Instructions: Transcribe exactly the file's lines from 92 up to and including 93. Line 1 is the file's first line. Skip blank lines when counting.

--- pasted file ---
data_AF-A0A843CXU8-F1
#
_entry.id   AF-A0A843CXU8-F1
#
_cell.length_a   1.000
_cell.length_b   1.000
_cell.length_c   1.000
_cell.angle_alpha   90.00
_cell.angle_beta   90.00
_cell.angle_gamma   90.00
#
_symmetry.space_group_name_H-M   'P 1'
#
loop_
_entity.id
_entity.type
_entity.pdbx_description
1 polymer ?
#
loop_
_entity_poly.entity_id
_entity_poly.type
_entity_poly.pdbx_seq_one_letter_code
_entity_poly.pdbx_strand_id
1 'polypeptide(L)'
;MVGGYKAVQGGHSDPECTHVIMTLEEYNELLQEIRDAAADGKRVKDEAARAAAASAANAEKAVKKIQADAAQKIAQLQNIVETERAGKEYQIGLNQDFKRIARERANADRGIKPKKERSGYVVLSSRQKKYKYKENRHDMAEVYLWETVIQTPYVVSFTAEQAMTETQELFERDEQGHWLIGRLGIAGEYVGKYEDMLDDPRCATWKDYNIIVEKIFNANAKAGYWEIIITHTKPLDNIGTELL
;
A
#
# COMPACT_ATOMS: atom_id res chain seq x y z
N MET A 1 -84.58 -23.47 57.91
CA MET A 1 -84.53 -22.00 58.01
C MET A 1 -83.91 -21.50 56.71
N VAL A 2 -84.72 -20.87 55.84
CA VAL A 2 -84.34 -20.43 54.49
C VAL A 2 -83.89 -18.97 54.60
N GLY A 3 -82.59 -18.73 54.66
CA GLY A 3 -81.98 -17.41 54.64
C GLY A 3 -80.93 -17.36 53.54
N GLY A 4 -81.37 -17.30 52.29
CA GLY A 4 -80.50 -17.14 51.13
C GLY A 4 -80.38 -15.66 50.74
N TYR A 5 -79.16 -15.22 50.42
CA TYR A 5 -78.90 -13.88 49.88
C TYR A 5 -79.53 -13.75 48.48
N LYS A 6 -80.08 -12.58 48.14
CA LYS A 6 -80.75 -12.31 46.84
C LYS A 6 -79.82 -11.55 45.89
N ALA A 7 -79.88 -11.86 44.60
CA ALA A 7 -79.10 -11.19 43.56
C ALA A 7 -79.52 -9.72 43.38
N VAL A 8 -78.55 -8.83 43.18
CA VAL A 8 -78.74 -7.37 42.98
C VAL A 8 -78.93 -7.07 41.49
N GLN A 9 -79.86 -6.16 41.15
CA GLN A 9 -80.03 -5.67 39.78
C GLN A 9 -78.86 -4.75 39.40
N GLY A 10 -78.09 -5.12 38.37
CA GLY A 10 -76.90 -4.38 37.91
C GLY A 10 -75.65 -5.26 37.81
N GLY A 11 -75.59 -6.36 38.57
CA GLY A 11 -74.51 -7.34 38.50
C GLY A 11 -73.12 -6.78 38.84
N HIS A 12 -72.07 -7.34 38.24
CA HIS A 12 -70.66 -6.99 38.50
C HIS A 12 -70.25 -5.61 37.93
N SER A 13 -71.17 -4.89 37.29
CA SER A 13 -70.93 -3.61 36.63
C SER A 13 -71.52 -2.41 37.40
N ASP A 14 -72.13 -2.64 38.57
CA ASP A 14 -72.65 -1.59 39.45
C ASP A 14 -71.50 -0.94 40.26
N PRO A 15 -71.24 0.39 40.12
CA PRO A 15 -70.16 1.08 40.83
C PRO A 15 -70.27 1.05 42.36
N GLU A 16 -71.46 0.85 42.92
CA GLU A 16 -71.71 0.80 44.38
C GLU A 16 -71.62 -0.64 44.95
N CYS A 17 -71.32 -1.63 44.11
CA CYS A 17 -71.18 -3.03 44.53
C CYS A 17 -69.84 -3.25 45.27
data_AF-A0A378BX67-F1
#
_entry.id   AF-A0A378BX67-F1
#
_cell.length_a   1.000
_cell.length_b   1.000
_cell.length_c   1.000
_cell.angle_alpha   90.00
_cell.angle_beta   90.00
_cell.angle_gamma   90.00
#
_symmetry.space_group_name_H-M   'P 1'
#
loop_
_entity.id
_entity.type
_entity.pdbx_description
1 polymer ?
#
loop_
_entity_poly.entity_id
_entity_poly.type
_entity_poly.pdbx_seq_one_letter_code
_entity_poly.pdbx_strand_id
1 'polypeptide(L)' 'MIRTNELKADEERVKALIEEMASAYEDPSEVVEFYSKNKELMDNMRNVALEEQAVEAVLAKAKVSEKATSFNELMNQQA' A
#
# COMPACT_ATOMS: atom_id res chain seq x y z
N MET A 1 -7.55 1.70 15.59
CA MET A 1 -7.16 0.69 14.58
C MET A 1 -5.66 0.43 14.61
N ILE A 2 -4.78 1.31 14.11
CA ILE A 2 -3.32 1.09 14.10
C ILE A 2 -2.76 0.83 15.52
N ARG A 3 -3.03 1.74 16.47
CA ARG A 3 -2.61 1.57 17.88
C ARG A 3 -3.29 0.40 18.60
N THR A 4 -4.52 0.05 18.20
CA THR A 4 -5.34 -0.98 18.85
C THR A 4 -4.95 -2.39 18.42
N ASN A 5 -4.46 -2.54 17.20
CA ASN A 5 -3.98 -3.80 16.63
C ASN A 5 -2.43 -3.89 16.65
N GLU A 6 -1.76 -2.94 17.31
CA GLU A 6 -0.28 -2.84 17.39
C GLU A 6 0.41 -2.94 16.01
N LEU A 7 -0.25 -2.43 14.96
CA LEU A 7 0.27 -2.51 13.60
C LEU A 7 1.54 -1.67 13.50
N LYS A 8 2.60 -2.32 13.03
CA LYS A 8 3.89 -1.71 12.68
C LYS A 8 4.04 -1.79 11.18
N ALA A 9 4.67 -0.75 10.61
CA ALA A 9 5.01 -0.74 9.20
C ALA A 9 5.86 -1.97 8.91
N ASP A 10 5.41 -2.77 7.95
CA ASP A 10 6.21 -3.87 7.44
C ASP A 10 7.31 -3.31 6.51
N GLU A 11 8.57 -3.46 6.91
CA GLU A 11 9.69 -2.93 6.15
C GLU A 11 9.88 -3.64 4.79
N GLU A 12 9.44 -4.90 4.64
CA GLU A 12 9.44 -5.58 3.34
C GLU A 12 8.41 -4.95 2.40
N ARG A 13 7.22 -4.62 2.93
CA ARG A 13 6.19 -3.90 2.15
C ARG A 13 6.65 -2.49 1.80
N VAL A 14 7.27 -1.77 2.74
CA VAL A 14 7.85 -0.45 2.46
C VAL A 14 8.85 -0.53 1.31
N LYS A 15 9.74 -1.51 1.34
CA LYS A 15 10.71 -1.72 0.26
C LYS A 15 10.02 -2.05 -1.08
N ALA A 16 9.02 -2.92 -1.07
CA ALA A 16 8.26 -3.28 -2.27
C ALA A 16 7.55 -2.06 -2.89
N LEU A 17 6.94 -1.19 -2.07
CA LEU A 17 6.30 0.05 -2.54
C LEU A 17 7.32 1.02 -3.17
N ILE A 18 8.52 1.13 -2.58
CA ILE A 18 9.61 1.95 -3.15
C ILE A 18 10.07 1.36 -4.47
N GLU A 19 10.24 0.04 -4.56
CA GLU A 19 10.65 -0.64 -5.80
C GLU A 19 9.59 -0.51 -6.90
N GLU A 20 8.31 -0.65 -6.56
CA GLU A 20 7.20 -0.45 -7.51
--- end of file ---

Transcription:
#
_symmetry.space_group_name_H-M   'P 1'